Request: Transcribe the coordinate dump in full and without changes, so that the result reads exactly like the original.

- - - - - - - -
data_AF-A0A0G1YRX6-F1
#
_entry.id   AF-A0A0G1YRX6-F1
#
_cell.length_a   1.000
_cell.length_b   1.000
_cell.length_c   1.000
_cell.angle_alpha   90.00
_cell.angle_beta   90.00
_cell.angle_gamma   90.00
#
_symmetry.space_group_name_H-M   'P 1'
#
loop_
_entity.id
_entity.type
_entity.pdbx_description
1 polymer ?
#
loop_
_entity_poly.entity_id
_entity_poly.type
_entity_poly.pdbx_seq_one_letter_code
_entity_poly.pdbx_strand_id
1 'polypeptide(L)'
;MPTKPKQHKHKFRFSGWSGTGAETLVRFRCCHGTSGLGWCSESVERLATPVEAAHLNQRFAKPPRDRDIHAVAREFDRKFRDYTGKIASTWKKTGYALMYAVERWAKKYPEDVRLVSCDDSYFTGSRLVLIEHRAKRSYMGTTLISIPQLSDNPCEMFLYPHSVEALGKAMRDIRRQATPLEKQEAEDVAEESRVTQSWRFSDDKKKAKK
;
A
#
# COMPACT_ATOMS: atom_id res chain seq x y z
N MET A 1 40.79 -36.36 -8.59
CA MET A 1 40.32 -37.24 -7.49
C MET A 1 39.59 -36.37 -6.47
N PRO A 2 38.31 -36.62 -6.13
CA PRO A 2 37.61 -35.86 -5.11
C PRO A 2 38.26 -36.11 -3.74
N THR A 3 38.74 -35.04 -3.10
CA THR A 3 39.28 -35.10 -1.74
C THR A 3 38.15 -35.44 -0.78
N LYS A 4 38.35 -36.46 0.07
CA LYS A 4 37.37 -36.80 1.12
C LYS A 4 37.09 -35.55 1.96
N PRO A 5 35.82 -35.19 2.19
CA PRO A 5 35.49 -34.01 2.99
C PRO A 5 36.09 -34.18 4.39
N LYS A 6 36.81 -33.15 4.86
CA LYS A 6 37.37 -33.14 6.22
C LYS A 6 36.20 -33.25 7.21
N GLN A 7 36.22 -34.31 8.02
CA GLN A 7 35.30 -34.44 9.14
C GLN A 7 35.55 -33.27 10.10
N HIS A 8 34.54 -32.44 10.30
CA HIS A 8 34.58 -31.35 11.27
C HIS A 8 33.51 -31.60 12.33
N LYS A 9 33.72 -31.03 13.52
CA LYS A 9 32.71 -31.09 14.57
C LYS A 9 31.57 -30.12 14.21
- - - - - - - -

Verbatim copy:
data_AF-A0A0G1YRX6-F1
#
_entry.id   AF-A0A0G1YRX6-F1
#
_cell.length_a   1.000
_cell.length_b   1.000
_cell.length_c   1.000
_cell.angle_alpha   90.00
_cell.angle_beta   90.00
_cell.angle_gamma   90.00
#
_symmetry.space_group_name_H-M   'P 1'
#
loop_
_entity.id
_entity.type
_entity.pdbx_description
1 polymer ?
#
loop_
_entity_poly.entity_id
_entity_poly.type
_entity_poly.pdbx_seq_one_letter_code
_entity_poly.pdbx_strand_id
1 'polypeptide(L)'
;MPTKPKQHKHKFRFSGWSGTGAETLVRFRCCHGTSGLGWCSESVERLATPVEAAHLNQRFAKPPRDRDIHAVAREFDRKFRDYTGKIASTWKKTGYALMYAVERWAKKYPEDVRLVSCDDSYFTGSRLVLIEHRAKRSYMGTTLISIPQLSDNPCEMFLYPHSVEALGKAMRDIRRQATPLEKQEAEDVAEESRVTQSWRFSDDKKKAKK
;
A
#
# COMPACT_ATOMS: atom_id res chain seq x y z
N MET A 1 40.79 -36.36 -8.59
CA MET A 1 40.32 -37.24 -7.49
C MET A 1 39.59 -36.37 -6.47
N PRO A 2 38.31 -36.62 -6.13
CA PRO A 2 37.61 -35.86 -5.11
C PRO A 2 38.26 -36.11 -3.74
N THR A 3 38.74 -35.04 -3.10
CA THR A 3 39.28 -35.10 -1.74
C THR A 3 38.15 -35.44 -0.78
N LYS A 4 38.35 -36.46 0.07
CA LYS A 4 37.37 -36.80 1.12
C LYS A 4 37.09 -35.55 1.96
N PRO A 5 35.82 -35.19 2.19
CA PRO A 5 35.49 -34.01 2.99
C PRO A 5 36.09 -34.18 4.39
N LYS A 6 36.81 -33.15 4.86
CA LYS A 6 37.37 -33.14 6.22
C LYS A 6 36.20 -33.25 7.21
N GLN A 7 36.22 -34.31 8.02
CA GLN A 7 35.30 -34.44 9.14
C GLN A 7 35.55 -33.27 10.10
N HIS A 8 34.54 -32.44 10.30
CA HIS A 8 34.58 -31.35 11.27
C HIS A 8 33.51 -31.60 12.33
N LYS A 9 33.72 -31.03 13.52
CA LYS A 9 32.71 -31.09 14.57
C LYS A 9 31.57 -30.12 14.21